The COVID-19 pandemic has created space for dialogues on welfare and social security schemes, Universal Health Care (UHC) being one of them. Amidst a global health crisis, understanding UHC has become even more significant and urgent irrespective of which political ideology one leans to, as the idea promises to serve the interest of every single individual.
What is Universal Health Care? The World Health Organization defines it as, “All people having access to needed health services of sufficient quality to be effective while also ensuring that the use of these services does not expose the user to financial hardship.” Thus UHC talks about a health care system that integrates three major objectives: equality in access, quality and easing the financial burden. It ensures that all the citizens/residents are guaranteed quality health care without any financial hardships irrespective of class, caste, gender, and religion. It strives to achieve the highest possible level of health for each individual regardless of their ability to pay.
The state undertakes the responsibility of funding the scheme, most of the universal healthcare systems are funded by income tax or premiums. Most of the developed countries have mature and evolved universal healthcare systems such as Switzerland, Netherlands, United Kingdom, and Canada. Each country has a combination of multiple schemes such as mandatory insurance, single-payer, multi-payer, and public & private insurance.
Each healthcare system is mandated to answer – who is covered? What services are covered? & how much is the cost covered? Though the UHC system ensures every citizen gets health benefits, in some systems it does not necessarily imply that it will cover all the charges for those benefits.
India has a public and private hybrid healthcare system. We have government-funded free and subsidized healthcare for below poverty line population. Private healthcare can be provided through insurance companies or employer healthcare schemes. Can we achieve Universal Healthcare in India? What are the advantages of this system? Let’s try to answer some of these questions –
There are only a handful of developing countries that have successfully implemented universal healthcare, such as Cuba, Saudi Arabia, Costa Rica, and Vietnam in recent years has made remarkable progress. India has taken positive steps to achieve 'Healthcare for all' by 2030. India is a signatory to the UN Sustainable Development Goals thus is also bound to undertake the fulfillment of equitable health care to all through UHC. India moved a step closer towards its commitment to the SDGs, when in 2018 the country launched a national health protection scheme, Ayushman Bharat, to achieve UHC. However, achieving UHC is a very complex task, especially for developing countries. India, for instance, faces many challenges in this pursuit.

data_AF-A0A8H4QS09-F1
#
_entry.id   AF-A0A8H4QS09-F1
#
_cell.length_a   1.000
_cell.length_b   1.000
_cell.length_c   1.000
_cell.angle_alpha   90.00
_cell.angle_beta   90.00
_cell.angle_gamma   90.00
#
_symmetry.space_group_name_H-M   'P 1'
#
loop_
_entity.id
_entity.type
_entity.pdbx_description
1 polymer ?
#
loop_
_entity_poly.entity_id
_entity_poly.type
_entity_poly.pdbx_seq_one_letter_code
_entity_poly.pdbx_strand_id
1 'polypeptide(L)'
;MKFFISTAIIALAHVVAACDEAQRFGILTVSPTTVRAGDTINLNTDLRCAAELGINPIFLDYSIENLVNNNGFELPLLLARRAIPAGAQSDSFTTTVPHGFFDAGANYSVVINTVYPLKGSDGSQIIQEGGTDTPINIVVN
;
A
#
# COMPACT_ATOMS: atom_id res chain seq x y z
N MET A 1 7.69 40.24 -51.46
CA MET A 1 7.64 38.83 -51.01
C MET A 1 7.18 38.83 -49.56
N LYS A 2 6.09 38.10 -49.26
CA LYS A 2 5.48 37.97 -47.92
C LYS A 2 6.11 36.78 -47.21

The various health programs and policies in the past have not been able to achieve the desired goals and objectives. Accordingly, the Planning Commission of India constituted a high-level expert group (HLEG) on UHC in October 2010. HLEG submitted its report in Nov 2011 to Planning Commission on UHC for India by 2022. The recommendations for the provision of UHC pertain to areas such as health financing, health infrastructure, health services norms, skilled human resources, access to medicines and vaccines, management and institutional reforms, and community participation.
India faces enormous challenges to achieve UHC by 2022 such as high disease prevalence, issues of gender equality, unregulated and fragmented health-care delivery system, non-availability of adequate skilled human resource, vast social determinants of health, inadequate finances, lack of inter-sectoral coordination and various political pull and push of different forces, and interests.
FINANCING is the main hurdle in achieving the milestone of UHC as India only spends 1.2% of its GDP on public health. Public and Private sectors do not have enough capacity to provide better health care facilities to all citizens of India. The condition of health INFRASTRUCTURE is also not very promising, as per WHO statistics, India has been ranked very low in a global scenario with only 0.9 beds per 1000 population while the global average is about 2.9 beds per 1000 population.
Hence the AVAILABILITY of health care services provided by the public and private sectors taken together is inadequate. The QUALITY of healthcare services varies considerably in both the public and private sectors as regulatory standards for public and private hospitals are not adequately defined and, are ineffectively enforced. The AFFORDABILITY of health care is a serious problem for the vast majority of the population, especially at the tertiary level.
Talking about HUMAN RESOURCE though India is providing quality medical professionals to many countries India itself has, as per WHO statistics, India currently has only 1 doctor per 1700 citizens while WHO standard is 1 doctor per 1000 citizens. So India would need four lakh more doctors by the end of 2020 in addition to current capacity. Affordable medicines, effective preventive care, awareness, and citizen participation are other major hurdles in achieving the target of UHC.
Painting such a grim picture was never the objective, but a touch to reality is essential to address the larger cause. UHC is possible only with people’s participation and political will. With the onslaught of this pandemic rethinking UHC and strengthening the health, infrastructure is the priority. With rising unemployment, job losses the onus is on the state to nurture the health of the citizens. Health for all without financial hardship is an achievable target and also a moral obligation on the state.
- Suraj Nirmale